Apple has blamed third-party batteries for an explosion of Beats By Dre headphones that burned a woman’s face while she was sleeping on a flight in February, according to the Australian Associated Press.

The Australian woman, who asked not to be identified, was traveling from Beijing to Melbourne, Australia when she woke up two hours into the flight to the sound of her headphones exploding and a burning sensation. The woman’s face, hands and hair were burned during the incident.

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She was looking to get reimbursement for her headphones and ruined clothing, but Apple said the incident was not due to product defects.

"Our investigation indicated the issue was caused by a third-party battery," the Cupertino company said in a statement shared by the woman's lawyers.

The woman said she bought the batteries in Australia.

"The headphones don't work without batteries, yet nowhere on the headphones - or their packaging - did it specify which brand of batteries should be used," she said.

The battery and cover of the headphones were melted and stuck on the floor of the airplane.

“I continued to feel burning so I grabbed them off and threw them on the floor. They were sparking and had small amounts of fire," the woman said back in February. "As I went to stamp my foot on them the flight attendants were already there with a bucket of water to pour on them. They put them into the bucket at the rear of the plane.”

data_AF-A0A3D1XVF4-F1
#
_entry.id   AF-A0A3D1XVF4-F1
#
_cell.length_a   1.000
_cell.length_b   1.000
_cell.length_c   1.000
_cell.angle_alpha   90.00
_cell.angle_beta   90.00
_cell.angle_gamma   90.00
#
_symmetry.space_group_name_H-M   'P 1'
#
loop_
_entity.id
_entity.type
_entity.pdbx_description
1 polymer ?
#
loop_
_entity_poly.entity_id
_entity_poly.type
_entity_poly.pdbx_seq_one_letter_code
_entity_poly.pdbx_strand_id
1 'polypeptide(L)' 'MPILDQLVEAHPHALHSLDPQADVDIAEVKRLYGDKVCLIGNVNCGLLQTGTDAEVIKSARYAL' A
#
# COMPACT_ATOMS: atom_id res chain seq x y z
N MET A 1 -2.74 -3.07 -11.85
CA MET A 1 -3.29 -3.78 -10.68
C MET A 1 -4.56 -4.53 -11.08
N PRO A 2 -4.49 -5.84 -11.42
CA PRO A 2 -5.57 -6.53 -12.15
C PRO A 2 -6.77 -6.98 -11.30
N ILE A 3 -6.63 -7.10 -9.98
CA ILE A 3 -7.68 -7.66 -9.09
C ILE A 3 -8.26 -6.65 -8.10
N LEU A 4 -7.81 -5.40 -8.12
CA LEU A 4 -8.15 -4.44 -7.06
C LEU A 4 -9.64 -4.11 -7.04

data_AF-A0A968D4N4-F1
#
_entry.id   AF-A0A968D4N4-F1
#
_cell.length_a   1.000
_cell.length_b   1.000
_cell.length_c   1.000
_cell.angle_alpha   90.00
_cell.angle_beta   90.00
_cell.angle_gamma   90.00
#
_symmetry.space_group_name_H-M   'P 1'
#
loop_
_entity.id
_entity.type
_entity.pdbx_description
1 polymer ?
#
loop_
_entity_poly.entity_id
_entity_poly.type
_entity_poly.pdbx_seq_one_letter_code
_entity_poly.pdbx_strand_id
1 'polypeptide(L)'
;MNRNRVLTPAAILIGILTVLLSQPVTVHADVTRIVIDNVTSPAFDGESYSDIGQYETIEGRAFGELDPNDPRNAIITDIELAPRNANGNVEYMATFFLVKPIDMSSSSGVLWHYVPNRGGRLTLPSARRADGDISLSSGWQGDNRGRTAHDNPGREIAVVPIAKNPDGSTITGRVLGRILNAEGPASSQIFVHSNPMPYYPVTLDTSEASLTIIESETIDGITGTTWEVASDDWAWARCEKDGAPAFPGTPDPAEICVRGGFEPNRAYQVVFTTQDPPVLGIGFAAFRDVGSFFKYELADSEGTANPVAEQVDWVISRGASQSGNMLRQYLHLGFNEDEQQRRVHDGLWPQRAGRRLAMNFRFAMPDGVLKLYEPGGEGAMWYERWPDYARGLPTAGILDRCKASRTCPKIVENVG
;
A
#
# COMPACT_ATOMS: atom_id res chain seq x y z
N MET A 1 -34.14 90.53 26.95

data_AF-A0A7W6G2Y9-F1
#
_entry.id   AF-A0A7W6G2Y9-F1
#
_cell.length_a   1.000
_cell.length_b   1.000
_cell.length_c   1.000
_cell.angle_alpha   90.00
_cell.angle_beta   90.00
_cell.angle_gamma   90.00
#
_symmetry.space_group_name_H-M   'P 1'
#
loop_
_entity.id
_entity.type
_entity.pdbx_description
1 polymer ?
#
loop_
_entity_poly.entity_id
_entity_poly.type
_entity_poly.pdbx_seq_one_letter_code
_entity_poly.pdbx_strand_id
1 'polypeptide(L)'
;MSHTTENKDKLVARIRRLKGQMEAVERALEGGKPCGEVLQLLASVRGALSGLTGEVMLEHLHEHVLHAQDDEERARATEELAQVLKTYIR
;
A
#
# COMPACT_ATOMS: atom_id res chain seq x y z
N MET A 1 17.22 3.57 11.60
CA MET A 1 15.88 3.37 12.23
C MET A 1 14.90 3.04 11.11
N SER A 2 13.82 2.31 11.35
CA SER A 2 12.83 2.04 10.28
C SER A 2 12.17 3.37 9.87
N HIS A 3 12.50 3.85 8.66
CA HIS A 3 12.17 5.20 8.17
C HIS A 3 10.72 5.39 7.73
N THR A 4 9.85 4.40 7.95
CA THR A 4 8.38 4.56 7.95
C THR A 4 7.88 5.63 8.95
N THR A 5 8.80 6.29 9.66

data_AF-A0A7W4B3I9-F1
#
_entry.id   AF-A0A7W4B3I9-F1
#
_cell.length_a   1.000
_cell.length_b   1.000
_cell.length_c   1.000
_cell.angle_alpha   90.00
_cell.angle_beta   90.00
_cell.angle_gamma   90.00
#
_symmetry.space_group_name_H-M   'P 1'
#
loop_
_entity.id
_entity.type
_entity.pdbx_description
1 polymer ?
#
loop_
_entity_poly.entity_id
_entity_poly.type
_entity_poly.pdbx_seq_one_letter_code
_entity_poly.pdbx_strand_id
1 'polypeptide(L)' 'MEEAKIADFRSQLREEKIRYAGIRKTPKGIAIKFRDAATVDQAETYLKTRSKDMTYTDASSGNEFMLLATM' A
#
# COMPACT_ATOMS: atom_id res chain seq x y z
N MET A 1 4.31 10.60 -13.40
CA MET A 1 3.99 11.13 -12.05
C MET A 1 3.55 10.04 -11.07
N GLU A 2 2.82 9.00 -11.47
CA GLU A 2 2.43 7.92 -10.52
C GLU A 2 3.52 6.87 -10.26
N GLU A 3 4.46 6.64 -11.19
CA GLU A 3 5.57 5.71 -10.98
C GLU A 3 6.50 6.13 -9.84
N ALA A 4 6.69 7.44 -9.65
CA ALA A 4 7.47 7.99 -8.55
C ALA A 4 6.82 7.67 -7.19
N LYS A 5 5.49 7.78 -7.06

The incident sparked chaos among passengers traveling on the aircraft. The smell of melted plastic, burnt electronics and burnt hair filled the airplane, with people “coughing and choking the entire way home.”

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After the incident, the Australian Transport Safety Bureau (ATSB) reminded travelers of safety precautions when using battery-powered devices.

The Bureau recommended:

  • Batteries should be kept in an approved stowage, unless in use

  • Spare batteries must be in your carry-on baggage NOT checked baggage

  • If a passenger’s smartphone or other device has fallen into the seat gap, locate their device before moving powered seat.

  • If a passenger cannot locate their device, they should refrain from moving their seat and immediately contact a cabin crew member.

Apple’s blame on third-party batteries comes after Samsung Galaxy Note 7 devices were globally recalled last year after the phones were found to cause battery fires. The Galaxy Note 7 failure cost Samsung $5.3 billion in operating profit.

In October 2016, a Galaxy Note 7 replacement burst into flames on a Southwest Airlines flight. After the incident, the devices were banned from all U.S. aircrafts by the U.S. Department of Transportation, with the Federal Aviation Administration and the Pipeline and Hazardous Materials Safety Administration. Regulators said passengers with the Note 7 would be denied boarding a flight, and could face fines and even criminal prosecution if they were found to have violated the ban.